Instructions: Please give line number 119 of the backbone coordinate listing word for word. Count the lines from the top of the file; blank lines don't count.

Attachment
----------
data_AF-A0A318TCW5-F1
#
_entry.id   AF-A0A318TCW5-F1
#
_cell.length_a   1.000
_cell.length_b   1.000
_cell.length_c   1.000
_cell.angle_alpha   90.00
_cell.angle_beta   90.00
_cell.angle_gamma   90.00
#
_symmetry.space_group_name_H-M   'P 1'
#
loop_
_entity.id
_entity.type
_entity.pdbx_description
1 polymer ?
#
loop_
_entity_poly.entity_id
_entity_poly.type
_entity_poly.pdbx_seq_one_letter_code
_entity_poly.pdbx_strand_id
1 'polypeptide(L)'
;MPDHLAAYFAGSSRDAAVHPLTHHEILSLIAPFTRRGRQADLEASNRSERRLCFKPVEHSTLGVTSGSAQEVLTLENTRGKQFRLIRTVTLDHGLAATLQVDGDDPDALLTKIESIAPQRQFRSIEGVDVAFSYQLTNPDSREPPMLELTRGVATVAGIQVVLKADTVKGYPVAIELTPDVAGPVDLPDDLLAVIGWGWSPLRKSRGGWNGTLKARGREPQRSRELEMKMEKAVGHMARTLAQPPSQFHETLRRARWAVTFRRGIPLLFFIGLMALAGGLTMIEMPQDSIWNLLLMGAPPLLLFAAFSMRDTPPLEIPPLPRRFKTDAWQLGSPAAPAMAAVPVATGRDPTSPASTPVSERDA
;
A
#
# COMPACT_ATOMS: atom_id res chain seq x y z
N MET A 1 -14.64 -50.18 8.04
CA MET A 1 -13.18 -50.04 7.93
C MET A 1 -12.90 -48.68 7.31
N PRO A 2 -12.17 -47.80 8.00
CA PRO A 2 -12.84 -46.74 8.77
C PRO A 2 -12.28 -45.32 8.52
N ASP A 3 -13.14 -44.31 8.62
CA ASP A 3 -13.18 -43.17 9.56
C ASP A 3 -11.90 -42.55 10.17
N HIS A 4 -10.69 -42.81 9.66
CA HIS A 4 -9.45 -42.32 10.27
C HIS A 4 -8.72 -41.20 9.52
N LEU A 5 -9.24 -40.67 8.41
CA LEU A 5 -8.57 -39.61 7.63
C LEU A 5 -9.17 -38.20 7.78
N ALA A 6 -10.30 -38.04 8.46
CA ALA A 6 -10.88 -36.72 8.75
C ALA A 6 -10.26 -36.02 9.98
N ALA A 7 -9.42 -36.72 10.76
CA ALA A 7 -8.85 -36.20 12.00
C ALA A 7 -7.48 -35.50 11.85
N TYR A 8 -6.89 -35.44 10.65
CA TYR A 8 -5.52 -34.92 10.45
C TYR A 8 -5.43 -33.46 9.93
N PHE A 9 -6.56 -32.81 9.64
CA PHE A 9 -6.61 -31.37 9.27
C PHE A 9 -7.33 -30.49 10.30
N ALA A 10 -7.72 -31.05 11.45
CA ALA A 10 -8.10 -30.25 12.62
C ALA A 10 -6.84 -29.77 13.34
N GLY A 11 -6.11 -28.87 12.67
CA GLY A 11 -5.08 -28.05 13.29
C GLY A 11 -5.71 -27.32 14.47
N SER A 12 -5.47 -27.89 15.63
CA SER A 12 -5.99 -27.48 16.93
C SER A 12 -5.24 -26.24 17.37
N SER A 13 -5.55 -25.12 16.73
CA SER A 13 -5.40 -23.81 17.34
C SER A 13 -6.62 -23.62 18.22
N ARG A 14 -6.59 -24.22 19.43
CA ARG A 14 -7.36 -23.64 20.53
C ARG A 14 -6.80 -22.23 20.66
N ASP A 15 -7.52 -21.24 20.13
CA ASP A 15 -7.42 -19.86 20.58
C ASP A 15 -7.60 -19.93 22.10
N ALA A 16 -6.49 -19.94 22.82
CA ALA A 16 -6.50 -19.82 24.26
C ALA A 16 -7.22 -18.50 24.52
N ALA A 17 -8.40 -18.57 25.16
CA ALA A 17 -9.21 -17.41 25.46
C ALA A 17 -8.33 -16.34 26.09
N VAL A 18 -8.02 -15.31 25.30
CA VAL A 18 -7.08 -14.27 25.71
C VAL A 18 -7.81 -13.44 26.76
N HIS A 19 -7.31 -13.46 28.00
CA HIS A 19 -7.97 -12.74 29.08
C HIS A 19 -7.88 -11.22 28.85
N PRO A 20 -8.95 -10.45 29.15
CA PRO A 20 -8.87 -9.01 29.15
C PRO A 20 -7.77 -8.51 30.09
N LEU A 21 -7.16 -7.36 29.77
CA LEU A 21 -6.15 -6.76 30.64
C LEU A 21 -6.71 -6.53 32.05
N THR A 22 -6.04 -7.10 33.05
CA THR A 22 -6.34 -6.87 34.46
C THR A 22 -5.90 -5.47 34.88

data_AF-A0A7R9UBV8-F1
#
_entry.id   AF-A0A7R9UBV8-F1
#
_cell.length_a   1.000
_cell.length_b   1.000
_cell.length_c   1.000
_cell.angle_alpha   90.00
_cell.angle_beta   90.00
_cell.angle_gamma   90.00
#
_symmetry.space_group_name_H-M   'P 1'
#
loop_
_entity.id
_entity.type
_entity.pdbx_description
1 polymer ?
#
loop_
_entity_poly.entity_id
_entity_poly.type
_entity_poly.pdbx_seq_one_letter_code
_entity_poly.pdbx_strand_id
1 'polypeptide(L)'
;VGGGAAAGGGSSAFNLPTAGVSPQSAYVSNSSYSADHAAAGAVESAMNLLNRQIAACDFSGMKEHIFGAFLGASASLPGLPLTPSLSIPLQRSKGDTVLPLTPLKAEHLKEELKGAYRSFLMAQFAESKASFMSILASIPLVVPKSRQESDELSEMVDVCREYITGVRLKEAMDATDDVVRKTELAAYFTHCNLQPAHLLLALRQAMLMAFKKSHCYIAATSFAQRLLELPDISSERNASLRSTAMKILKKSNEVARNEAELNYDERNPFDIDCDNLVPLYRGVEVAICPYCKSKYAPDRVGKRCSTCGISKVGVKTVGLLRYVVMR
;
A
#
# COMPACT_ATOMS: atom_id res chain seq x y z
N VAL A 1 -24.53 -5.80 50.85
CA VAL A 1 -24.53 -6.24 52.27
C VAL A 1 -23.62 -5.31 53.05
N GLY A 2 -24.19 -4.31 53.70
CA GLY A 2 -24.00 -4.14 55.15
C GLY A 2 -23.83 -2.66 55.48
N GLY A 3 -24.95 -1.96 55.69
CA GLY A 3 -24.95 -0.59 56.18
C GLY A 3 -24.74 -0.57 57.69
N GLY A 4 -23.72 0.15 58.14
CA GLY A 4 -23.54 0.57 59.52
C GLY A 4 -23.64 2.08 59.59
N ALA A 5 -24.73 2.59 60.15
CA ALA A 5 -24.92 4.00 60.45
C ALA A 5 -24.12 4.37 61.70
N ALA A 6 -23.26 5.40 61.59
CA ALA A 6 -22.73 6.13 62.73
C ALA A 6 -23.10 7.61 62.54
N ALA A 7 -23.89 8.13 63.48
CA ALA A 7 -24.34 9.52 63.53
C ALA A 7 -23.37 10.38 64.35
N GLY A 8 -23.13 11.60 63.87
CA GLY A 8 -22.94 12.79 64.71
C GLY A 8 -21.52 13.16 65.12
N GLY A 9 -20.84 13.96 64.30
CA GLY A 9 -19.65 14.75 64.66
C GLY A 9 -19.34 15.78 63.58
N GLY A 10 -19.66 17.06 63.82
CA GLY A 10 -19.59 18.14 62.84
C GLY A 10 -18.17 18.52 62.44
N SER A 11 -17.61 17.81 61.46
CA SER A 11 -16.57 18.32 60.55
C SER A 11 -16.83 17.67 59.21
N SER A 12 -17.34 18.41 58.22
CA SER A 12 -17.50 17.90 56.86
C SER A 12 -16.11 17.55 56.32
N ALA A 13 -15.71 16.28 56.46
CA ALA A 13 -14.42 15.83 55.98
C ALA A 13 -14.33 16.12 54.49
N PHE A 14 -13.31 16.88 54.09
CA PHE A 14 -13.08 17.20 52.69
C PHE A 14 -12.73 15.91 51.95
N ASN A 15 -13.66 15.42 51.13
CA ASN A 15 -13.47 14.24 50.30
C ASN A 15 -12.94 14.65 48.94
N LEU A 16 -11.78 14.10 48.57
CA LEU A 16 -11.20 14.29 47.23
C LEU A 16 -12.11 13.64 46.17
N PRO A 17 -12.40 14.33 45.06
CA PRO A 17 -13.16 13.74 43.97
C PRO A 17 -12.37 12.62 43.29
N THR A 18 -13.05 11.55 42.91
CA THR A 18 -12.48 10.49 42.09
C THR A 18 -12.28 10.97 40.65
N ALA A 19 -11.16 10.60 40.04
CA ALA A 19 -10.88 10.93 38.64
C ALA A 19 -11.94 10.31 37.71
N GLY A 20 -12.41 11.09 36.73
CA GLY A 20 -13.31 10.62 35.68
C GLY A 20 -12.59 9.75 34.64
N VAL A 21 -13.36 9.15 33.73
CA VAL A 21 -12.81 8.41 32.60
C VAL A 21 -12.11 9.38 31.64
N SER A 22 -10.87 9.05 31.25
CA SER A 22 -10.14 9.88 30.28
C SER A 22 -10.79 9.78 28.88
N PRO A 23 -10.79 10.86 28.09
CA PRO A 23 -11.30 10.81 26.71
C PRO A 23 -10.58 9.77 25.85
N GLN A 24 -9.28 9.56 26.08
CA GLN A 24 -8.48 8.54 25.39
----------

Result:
_entity_poly.pdbx_seq_one_letter_code